A primary school has defended its fundraising policy after asking parents to fill a Smarties tube up with £10 worth of 20p coins and donate it to the school.
Pupils at Asquith Primary were sent home for the Easter holidays with a tube of the sweets as a seasonal treat, but were accompanied with the school’s newsletter making the request to help towards the cost of new playground equipment.
The letter says: “We are asking children to fill the tubes with 20p coins during the Easter holiday and bring them back to school before April 20. A full tube will hold £10. Please seal the tube up and write your child’s name on it before you send it back to school.
“If this activity is well supported we have the opportunity to raise £3,000 to help improve playtimes for children - please help!”
The letter caused consternation among a handful of parents, one of whom accused the school of “charging for education.”
One mother, whose youngest child attends the school, but wished to remain anonymous said: “I feel incensed.
“I’ve absolutely nothing against school fundraising but it should be done on an opt-in basis. If you don’t want to go to the school fair or by a raffle ticket you don’t have to.
“It makes you feel uncomfortable because you don’t want it to be your child that doesn’t take in the £10. I’m a single mum, I’ve got two kids and I work and we get by but I know that there’s families who don’t work who won’t be able to afford this.
“I feel as a parent I’m being exploited and I just think it’s wrong. It’s like they’re charging for education.”
Another parent, who also did not want to be identified, said: “It seems to be every month they’re asking for money now. There will be many who will struggle with the cost of this.”
In response the school’s head teacher, Gill Austerfield, said that the idea had come from the pupils and insisted that the activity was “completely voluntary”. “Any fundraising events we do are always voluntary and the only comments I received before the holidays were positive ones,” she said.
“I completely understand that some parents can find things difficult and there’s a lot of pressure on them to pay for things. That’s why we sent out a letter to parents at Christmas asking them not to buy staff Christmas presents.
“It’s not a problem at all for any children that don’t bring the tube back. It makes no difference. We’ve never ever punished children who do not get involved and there’s never been any problem with children whether or not they contribute.”
Mrs Austerfield, who has been at the school for 13 years, said she was disappointed that the parents had not contacted her directly with their concerns.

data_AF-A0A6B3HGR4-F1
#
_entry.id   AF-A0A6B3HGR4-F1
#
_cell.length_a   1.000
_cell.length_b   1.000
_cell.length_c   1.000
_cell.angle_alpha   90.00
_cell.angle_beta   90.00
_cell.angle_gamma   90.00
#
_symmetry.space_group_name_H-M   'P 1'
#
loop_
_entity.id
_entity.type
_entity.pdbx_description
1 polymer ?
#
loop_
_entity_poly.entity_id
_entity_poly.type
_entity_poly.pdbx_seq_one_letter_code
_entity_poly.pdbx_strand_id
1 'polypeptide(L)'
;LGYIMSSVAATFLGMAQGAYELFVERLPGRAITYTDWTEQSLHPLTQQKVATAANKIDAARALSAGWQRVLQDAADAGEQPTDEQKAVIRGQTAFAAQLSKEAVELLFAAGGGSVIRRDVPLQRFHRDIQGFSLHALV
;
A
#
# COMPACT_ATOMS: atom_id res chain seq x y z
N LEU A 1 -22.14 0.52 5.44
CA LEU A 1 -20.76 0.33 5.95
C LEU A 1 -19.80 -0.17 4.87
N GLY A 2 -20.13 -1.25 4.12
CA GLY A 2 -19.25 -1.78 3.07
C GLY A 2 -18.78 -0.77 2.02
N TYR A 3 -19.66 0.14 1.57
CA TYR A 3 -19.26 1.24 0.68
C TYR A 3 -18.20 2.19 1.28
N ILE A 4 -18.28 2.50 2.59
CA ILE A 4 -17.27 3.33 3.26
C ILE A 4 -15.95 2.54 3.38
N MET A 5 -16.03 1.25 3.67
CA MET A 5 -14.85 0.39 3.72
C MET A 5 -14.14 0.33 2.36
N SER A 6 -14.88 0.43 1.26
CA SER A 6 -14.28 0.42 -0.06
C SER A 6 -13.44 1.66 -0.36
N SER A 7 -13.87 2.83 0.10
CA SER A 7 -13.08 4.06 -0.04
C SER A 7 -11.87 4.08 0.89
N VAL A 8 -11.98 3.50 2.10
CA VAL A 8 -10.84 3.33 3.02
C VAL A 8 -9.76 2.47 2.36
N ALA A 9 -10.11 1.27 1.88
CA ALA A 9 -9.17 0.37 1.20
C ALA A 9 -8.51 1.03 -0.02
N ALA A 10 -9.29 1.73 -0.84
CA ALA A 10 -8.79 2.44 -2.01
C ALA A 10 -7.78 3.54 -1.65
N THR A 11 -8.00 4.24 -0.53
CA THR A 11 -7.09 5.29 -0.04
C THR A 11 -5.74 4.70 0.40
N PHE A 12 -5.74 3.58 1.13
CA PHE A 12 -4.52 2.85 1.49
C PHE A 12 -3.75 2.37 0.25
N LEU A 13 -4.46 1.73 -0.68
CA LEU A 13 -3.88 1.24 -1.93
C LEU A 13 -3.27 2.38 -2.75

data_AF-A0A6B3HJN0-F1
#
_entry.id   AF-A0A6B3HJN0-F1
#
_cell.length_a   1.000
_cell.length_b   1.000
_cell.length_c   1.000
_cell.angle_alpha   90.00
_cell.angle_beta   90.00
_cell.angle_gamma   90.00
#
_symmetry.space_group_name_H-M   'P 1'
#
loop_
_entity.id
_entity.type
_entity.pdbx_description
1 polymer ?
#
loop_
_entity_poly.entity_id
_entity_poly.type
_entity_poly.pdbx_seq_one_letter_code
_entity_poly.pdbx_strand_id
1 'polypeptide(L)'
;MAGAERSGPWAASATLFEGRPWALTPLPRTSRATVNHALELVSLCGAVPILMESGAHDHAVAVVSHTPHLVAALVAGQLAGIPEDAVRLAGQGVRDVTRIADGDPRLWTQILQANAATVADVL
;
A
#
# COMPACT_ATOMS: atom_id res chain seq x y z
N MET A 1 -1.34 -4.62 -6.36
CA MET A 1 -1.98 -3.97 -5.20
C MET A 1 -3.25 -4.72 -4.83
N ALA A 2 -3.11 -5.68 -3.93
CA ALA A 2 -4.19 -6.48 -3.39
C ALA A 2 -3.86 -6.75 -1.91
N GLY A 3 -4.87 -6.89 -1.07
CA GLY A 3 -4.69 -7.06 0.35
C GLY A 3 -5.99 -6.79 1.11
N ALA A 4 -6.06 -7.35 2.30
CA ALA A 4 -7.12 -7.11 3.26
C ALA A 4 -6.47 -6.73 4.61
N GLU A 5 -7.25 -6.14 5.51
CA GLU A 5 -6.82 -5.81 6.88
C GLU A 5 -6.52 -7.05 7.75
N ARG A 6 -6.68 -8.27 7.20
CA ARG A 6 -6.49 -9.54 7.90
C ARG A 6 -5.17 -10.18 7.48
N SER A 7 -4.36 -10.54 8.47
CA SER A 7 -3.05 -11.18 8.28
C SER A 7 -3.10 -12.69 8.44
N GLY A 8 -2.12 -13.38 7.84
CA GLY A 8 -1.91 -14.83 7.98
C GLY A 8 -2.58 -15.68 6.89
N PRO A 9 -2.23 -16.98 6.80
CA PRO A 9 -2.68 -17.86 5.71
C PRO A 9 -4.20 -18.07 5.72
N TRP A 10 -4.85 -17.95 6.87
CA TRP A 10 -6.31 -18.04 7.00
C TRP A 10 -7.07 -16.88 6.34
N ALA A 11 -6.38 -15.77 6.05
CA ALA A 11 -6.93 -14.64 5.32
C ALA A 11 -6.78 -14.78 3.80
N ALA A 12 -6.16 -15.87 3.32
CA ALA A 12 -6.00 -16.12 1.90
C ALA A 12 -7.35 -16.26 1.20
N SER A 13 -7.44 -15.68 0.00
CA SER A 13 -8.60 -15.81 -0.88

She said: “My office door is always open for them to tell me what they think and they can contact me in a number of different ways.”
A message was later sent out to parents on Friday to clarify that the scheme was not compulsory, followed up by a letter sent out on Monday.
Other parents jumped to the school’s defence as pupils returned for the summer term this week.
Clare Oldham, who has a child aged five at the school, said: “At no time was this initiative communicated in any way that could have been perceived as mandatory. We are extremely happy with Asquith primary and all the staff that our child has contact with. I understand that family budgets are tight, but that should not mean that voluntary fundraising events should not take place every once in a while.”
Shona Bowes, who has had three children at the school, said: “Mrs Austerfield always makes time to listen to parents.
“The Smartie tube event held over the Easter holidays has been a fun event for my daughter who has loved doing jobs for family and friends to raise money towards playground equipment that will benefit all the children there. I feel this has been ruined by some people that clearly have no idea about Asquith Primary School or the team that run it. This is also not something that occurs every week as seems to have been insinuated.”
Julia Howard, who is an active member of the Parent School Association added that she believed that those who complained were in the minority.
“I would like to echo the school’s position that all contributions are voluntary, no child will miss out because of their parent’s financial position and every parent I spoke to today was in full support of the school and their policies.”
Tina Cook, parent of two children at the school said: “I thought this was a wonderful concept - we were not obliged to take part, you could give pence or pounds. It is for our children’s benefit. The school want to provide the very best for the children.”
Janet Powell said: “Never in the eight years that my children have attended, from nursery to year six have I ever felt obliged to make a donation to a charity event. Gill Austerfield has always had an open door approach to all parents old and new, and I find it really sad that parents have gone to a local newspaper instead of approaching the school for clarity.”
Sarah Siddle, parent of three Asquith pupils, added: “I think it is important that from a young age, we all try and take ownership with regards to charity fundraising - to give something back to the community and not just take.”
Natalie Thornhill: “My daughter has been at Asquith for three years. It is a wonderful school and its headteacher and staff continually go above and beyond their role to support children and parents.”